Journalism journey-A A +A
All In Good Time
Friday, March 7, 2014
I WAS recently honored to share some inputs to students of the College of Arts and Communications of University of the Philippines Baguio upon the invite of my Manang, post-grad classmate and fellow Sun.Star columnist Linda Cariño.
I was also in the company of Prof. Vicky Rico, editor of Ti Similla the last 30 years. We had such a great time sharing our experiences with the students. Mine spans only 3 years so Juan can surmise the level I may have in this industry. But despite this, it was such a wonderful sharing with the students.
My share of memories in that classroom was not something I would brag about. Funny how this time I get to return to UP Baguio in different circumstances. A long time ago if there was a persona non grata, that would have been me. Haha. These days I get to speak before every Juan and share my experiences with them. Oh and I do get letters as an alumni. Wow! I feel like Erap who now gets recognized by Ateneo.
As speakers we were given 20 minutes each to speak and time for some questions. After my sharing I got a few interesting questions from the students.
One in particular was about the death of the newspaper. I gave my opinion on the matter and expressed it has been very difficult to maintain. The paper is dead. Technology has now overtaken that hard copy of a newspaper. Facebook, Yahoo and Google have all but eliminated the want for Juan to buy a newspaper. Information is now more accessible to every Juan. I can now learn of an actual event just a few minutes after it has happened.
With a newspaper the best is the next day, especially for Sunstar, being the only local daily. Worse for the weekend papers as it would have been old news already when the paper is out. A lot of sacrifice is given for a daily newspaper from the editorial to its production then distribution.
The paper is dead. Why? A paper lives all because of advertising. Actual sales is irrelevant. The advertisements keep it alive. But compared to weekend papers an advertiser would rather see their ad for a whole week than in a day. I mean no offense to the weekend papers when I say that theirs is old news ours is new. But it is also ads that keep them going.
And with advertisers, newspapers need not worry as long as it keeps on coming. But let me express this bit.
Advertisers like the local airlines have stopped as we have no airport here. The mining companies are also cautious at this time especially those found in the area as they are containing also their own problems. And that is where the next problem comes in.
Ads from the mall and mining companies may be seen as a "buy out" with the paper, a PR. Awkward, of course. Imagine receiving a whole page ad from an entity that is into some controversy. If we accept their ad and print it, it follows that we "soften" up on them, too. If we go the other route, expect a "boycott" from their PR department for ads in our paper.
These are some of the problems I face, striking the balance of information and transparency will not bring food on the table. Sorry but for some this is the avenue they take, they become the "mouthpiece" and paint that rosy picture and get paid. Others get one over these so called "catch" and milk them dry for that "image". So if we succumb to any of these there is still doubt among some readers.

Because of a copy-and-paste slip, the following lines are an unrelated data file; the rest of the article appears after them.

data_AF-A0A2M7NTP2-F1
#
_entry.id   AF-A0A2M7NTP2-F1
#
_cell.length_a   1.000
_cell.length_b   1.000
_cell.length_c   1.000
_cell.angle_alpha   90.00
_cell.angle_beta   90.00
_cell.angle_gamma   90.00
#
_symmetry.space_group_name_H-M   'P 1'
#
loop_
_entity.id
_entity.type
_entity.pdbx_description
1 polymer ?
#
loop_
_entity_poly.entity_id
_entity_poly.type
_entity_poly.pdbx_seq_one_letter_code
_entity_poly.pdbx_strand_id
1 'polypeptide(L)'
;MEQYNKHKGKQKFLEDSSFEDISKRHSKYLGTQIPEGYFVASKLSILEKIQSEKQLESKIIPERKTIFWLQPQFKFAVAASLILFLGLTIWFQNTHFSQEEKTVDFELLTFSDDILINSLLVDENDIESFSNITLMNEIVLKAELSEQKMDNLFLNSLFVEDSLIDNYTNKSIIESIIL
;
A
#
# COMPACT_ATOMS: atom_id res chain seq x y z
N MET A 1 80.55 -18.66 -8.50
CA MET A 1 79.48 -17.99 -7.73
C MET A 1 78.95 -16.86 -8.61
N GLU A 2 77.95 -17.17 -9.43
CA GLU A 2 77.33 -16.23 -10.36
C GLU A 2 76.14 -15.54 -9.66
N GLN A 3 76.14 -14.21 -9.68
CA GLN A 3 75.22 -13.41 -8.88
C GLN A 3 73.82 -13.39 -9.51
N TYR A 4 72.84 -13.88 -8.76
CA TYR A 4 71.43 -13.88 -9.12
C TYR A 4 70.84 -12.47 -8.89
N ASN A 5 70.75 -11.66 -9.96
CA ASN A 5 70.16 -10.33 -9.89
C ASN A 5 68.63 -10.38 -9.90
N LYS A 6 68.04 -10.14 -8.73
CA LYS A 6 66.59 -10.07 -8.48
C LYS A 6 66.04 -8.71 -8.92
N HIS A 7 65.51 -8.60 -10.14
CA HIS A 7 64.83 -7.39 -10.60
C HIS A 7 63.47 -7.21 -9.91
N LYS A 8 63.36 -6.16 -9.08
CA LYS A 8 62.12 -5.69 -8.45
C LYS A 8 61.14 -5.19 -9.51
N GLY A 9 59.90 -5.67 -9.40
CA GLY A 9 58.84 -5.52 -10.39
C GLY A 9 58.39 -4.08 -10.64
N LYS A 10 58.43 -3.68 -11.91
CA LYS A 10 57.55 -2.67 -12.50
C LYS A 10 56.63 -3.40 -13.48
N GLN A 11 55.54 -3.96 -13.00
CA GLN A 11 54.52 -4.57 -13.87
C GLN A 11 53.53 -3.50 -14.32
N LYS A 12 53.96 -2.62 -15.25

I once asked the editors of Sunstar to cut me some slack as elections were nearing, their reply to me was, "Sorry, we have to be fair.” And if it went my way, "Nabayaran mga yan kaya siguro binili nya yung dyaryo" would be the remark. Others I'm sure will turn a blind eye for survival reasons. We will continue no matter what. But still how do we continue to live?
Simple, believe that we are not to make money for the paper. We live because we serve. We wish to give people information that they deserve. Not old news but what comes.
My dad, the publisher, has asked me to give it up the last years. I asked him to stay and hold on as there was an election. News is important in making or breaking some Juan. But after the election believes me, the worst "numbers" will be expected, too.
And that is this year. Still we move on. It is not the money it is never about making money. I recently sat down with my staff to hear the "bad" news. As expected Juan would feel like giving up.
There of course are solutions and answers, one of which is to go with the times, go online. Yes we are, still many would just get it for FREE instead, anywhere and everywhere.
One bit of information I got kept me inspired with continuing on. This lady I met in Australia had a different take on her online daily news compared to her "old" paper. She said, "I don't like the news and columns that I get from my tablet, it is just like eating a burger and not tasting the mustard, lettuce, onion and pickles, maybe a little of the tomato and ketchup but that’s it". I ask her to explain what she just meant, and she tells me, "I miss out on all the small details and side stories that I get from my trusty old paper.”
I get the picture, I now understand. I'm now treading a new path, a path that previously I despised and was afraid to take. As I am now taking this path I get a clearer picture of why I am taking it. The path that I feared is now a path that can take me anywhere.
I do get some admiration in a different manner from my previous one. It was just plastic then. I paid to look good now I just bring out the best of people. The best I say, because people are now who they are and not some Juan else.
We are the messengers and people respect us for that. It is not about making money. It is all about wanting to share what every Juan has to know.
I thank the Lord for showing me this direction that I now take. It made me realize how important this journey is and what it is all about.
Published in the Sun.Star Baguio newspaper on March 08, 2014.